Try to tell someone who has gone as far as they can go in an epic weight loss struggle that they can’t go any further and to just be happy and see where that lands you. Without this procedure, there was no way to get one step further, and without it, I never would have been truly happy.
But thankfully I have so many caring people and caring strangers for that matter in my life. Two different Go Fund Me pages were set up, a fundraiser was held and a lot of money was donated to help defray the cost.
And for that I will always be grateful.
The next thing
Throughout this process, I told many that once the surgery was done, this part of the journey would come to an end. And it has. No longer am I looking to drop weight as I did before, and now the focus will shift yet again.
So now what?
Well, first on the list is my never-ending quest to fill a wardrobe with clothes that fit. From my heaviest, I still have a size 54-inch pair of pants that are tucked away in my closet, merely as a friendly reminder of how things used to be.
The clothing thing has taken on several different variations, from mostly 4x and 5x shirts to now larges since even extra larges now appear to be too big. I found out the hard way on my first day back after surgery that I also no longer have pants that fit, as approximately four more inches have come off my waist.
I’ll leave that statement there without much of a visual. But I think you get the picture.
All good problems to have for sure, and none that I ever truly thought I would have to overcome. But I’ll definitely take it.
Medically, all is good. My blood work is perfect, and there’s no doubt in my mind that this entire venture has added years onto my life, God willing.
Once I’m back in the gym, it’s time to train and add muscle to this 49-year-old frame with my sights set on a Rugged Maniac at Wilmot Mountain later this summer. A group of my fellow gym rats from Body by Design in Muskego and I will be tackling that course, and I can’t wait.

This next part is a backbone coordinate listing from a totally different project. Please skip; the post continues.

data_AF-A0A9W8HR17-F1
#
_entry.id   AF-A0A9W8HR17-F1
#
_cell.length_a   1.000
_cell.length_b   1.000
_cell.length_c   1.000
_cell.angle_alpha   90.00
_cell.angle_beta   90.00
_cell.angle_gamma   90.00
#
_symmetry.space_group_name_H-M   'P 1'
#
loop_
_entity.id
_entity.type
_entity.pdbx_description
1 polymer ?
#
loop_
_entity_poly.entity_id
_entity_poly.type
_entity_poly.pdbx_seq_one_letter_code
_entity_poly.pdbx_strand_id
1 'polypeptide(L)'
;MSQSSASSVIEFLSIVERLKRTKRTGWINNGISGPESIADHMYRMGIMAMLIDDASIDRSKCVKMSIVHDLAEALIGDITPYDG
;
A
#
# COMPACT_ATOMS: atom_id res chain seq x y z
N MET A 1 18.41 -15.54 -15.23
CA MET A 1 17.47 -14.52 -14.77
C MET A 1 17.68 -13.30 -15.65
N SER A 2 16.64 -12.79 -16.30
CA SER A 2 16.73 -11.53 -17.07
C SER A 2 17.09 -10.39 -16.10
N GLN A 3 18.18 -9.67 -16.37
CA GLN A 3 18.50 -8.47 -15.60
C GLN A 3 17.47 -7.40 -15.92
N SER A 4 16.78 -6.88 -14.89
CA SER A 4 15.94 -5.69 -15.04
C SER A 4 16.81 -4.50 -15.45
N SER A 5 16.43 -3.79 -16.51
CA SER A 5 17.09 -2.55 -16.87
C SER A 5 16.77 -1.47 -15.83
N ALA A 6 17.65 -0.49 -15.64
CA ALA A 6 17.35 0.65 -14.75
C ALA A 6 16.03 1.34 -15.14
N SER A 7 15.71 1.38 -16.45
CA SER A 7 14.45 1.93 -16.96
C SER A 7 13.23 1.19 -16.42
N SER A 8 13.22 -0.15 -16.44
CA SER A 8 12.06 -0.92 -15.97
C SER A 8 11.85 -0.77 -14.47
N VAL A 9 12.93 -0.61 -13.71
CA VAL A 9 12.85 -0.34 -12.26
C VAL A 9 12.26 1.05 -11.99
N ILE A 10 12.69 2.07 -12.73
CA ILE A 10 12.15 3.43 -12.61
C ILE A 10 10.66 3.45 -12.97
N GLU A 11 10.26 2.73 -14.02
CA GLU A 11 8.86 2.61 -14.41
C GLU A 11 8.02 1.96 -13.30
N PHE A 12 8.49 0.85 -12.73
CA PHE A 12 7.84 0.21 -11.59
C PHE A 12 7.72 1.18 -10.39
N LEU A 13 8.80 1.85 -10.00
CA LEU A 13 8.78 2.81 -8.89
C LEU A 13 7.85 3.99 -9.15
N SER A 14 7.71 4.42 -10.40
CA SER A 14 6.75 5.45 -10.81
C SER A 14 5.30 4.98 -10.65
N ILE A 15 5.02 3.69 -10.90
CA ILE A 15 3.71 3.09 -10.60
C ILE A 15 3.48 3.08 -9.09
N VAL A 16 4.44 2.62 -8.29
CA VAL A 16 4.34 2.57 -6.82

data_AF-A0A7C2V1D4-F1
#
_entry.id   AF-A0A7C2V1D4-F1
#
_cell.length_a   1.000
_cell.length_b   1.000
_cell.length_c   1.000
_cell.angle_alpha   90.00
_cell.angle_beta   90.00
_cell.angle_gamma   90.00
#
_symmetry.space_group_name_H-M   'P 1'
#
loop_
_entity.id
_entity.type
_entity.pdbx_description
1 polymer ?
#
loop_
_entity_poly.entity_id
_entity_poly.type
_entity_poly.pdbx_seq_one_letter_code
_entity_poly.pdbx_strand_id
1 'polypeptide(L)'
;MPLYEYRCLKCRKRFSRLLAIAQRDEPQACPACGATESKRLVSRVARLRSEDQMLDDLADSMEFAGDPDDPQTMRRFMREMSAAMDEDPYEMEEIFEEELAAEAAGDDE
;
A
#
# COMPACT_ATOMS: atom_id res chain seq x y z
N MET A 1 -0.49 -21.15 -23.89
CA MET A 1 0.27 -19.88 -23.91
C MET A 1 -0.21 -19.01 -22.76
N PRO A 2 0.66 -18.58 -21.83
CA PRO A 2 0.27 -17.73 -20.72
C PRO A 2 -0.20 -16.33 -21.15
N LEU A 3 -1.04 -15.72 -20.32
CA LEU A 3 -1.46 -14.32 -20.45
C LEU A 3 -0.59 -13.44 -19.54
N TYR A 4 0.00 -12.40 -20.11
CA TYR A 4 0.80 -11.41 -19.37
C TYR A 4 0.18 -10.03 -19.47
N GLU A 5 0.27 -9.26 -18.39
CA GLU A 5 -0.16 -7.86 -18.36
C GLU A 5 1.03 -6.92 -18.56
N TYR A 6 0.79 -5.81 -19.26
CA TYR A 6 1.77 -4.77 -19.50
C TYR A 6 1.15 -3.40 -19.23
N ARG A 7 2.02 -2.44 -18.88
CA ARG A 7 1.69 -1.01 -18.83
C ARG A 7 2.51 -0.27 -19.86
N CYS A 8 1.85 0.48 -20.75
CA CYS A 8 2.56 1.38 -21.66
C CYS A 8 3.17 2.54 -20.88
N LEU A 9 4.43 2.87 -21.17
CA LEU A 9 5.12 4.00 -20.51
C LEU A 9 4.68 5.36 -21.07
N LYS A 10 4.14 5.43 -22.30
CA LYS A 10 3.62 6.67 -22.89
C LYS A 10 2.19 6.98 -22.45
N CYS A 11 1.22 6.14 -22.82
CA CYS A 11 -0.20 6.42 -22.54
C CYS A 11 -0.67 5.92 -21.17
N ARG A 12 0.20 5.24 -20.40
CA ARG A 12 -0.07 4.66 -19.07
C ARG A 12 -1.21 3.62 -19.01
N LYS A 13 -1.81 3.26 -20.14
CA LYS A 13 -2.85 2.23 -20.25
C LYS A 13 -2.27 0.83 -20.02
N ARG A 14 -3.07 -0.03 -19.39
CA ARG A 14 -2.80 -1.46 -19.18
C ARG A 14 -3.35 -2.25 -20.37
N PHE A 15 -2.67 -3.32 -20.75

There’s also skydiving on the agenda for June 19. That was one bucket list item I had circled long ago as something I’ve always wanted to do. And now it’s on the calendar. That will be an epic adventure as well.
But most of all, now is all about living. This journey is way more mental than many realize. And there is where my struggles have mostly lived, between my ears. There have been many ups and downs, some happy times, some sad times, the beginning and the end of a relationship, successes and failures.
And plenty of blood, sweat and even tears.
All of that comes with the territory, and the mental part will probably always be a hurdle that I’ll have to deal with.
But I’m determined to really start living from this day forward. Like really start living. At my previous weight, I could barely get up and down the stairs or even tie my shoes, let alone think about competing in a race or jumping out of a plane.
Now both of those are on the agenda. And it doesn’t end there.
I’m eying up writing a book about the journey, and if this pandemic ever ends, would love to get back into some public speaking, which I dabbled with once upon a time when quarantine wasn’t in our daily vocabulary.
There’s too much living to do yet.
Dan Truttschel is a reporter for the Kenosha News.